Group-IB discovered that QakBot (aka Qbot) operators have abandoned ProLock for Egregor ransomware.
ProLock = Egregor
The analysis of attacks where Egregor has been deployed revealed that the TTPs used by the threat actors are almost identical to the ones used by the ProLock operators.
First, the initial access is always gained via QakBot delivered through malicious Microsoft Excel documents impersonating DocuSign-encrypted spreadsheets. Moreover, Egregor operators have been using Rclone for data exfiltration – same as with ProLock. Same tools and naming convention have been used as well, for example md.exe, rdp.bat, svchost.exe.
Egregor operators leverage the intimidation tactics, they threaten to release sensitive info on the leak site they operate instead of just encrypting compromised networks. The biggest ransom demand was at $4 million worth of BTC till now.
Egregor operators in a spam of 3 months have managed to successfully hit 69 companies around the world with 32 targets in the US, 7 victims in France and Italy each, 6 in Germany, and 4 in the UK. Other victims happened to be from the APAC, the Middle East, and Latin America. Egregor’s favorite sectors are Manufacturing (28.9% of victims) and Retail (14.5%).
Egregor ransomware sample obtained during a recent incident response engagement revealed that the executable code of Egregor is very similar to Sekhmet.
Egregor source code bears similarities with Maze ransomware as well. The decryption of the final payload is based on the command-line provided password.Egregor operators use the combination of ChaCha8 stream cipher and RSA-2048 for file encryption.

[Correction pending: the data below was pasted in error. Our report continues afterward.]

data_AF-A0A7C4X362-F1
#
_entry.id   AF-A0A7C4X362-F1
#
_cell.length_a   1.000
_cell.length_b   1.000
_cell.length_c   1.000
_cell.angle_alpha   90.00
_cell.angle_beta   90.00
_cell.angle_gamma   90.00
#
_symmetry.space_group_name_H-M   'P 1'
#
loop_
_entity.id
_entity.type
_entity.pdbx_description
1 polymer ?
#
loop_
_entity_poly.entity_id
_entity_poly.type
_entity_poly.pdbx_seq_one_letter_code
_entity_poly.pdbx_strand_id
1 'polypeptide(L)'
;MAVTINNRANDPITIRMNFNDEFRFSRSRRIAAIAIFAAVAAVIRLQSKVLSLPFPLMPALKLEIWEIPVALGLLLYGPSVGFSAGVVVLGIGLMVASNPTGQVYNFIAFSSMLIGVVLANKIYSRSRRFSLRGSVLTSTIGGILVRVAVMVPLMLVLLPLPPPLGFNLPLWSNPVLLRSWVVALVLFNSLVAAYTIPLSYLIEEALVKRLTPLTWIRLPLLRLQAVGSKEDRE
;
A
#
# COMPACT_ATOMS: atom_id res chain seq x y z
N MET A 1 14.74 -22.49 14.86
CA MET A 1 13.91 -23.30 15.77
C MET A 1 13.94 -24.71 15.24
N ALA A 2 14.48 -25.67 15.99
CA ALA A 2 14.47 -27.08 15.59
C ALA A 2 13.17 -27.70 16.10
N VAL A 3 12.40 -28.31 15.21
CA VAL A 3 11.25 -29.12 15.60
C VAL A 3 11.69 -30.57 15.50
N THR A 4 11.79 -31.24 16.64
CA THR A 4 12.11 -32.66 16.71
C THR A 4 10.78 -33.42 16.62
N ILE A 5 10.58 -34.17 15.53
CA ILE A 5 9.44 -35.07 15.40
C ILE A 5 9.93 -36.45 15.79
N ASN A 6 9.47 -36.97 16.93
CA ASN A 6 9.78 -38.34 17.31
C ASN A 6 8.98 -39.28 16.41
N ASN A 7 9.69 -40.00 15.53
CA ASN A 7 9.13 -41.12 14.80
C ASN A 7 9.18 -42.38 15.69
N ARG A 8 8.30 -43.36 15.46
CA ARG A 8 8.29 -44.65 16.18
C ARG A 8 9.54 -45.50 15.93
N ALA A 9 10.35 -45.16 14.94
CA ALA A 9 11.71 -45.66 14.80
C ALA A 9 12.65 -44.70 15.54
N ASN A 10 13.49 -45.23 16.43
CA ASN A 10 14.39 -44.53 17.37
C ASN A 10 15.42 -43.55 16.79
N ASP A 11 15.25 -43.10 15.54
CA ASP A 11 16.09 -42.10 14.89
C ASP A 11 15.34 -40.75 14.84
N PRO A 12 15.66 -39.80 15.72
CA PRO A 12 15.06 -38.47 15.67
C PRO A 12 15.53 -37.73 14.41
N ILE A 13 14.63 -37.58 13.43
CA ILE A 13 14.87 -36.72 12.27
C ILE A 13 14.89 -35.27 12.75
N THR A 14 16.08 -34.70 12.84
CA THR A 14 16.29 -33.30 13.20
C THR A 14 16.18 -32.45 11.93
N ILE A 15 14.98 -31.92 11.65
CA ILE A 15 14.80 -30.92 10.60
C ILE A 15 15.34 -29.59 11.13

The use of CobaltStike and QakBot is to watch when hunting for Egregor. More threat hunting and detection tips from Group-IB DFIR team as well as a detailed technical analysis of Egregor operations are available in Group-IB’s blog.
The Egregor ransomware uses a novel approach to get a victim’s attention after an attack – shoot ransom notes from all available printers.
Ransomware gangs know that many businesses would rather hide a ransomware attack than make it public, including to employees, for fear of the news affecting stock prices and their reputation.
To increase public awareness of the attack and pressure a victim into paying, the Egregor operation is known to repeatedly print ransom notes from all available network and local printers after an attack.
It has been aware of this tactic, it wasn’t until last weekend after Egregor’s attack on retail giant Cencosud that we saw it in action.
A closeup lookup of the printout, this is the same ransom note created on computers being printed to a receipt printer.
Instead, it is believed that the ransomware attackers utilize a script at the end of an attack to print out ransom notes to all available printers.
Ransomware-as-a-Service is a cyber-security term referring to criminal gangs that rent ransomware to other groups, either via a dedicated portal or via threads on hacking forums.
RaaS portals work by providing a ready-made ransomware code to other gangs. These gangs, often called RaaS clients or affiliates, rent the ransomware code, customize it using options provided by the RaaS, and then deploy in real-world attacks via a method of their choosing.
Payments from these incidents, regardless of how the affiliates managed to infect a victim, go to the RaaS gang, who keeps a small percentage and then forwards the rest to the affiliate.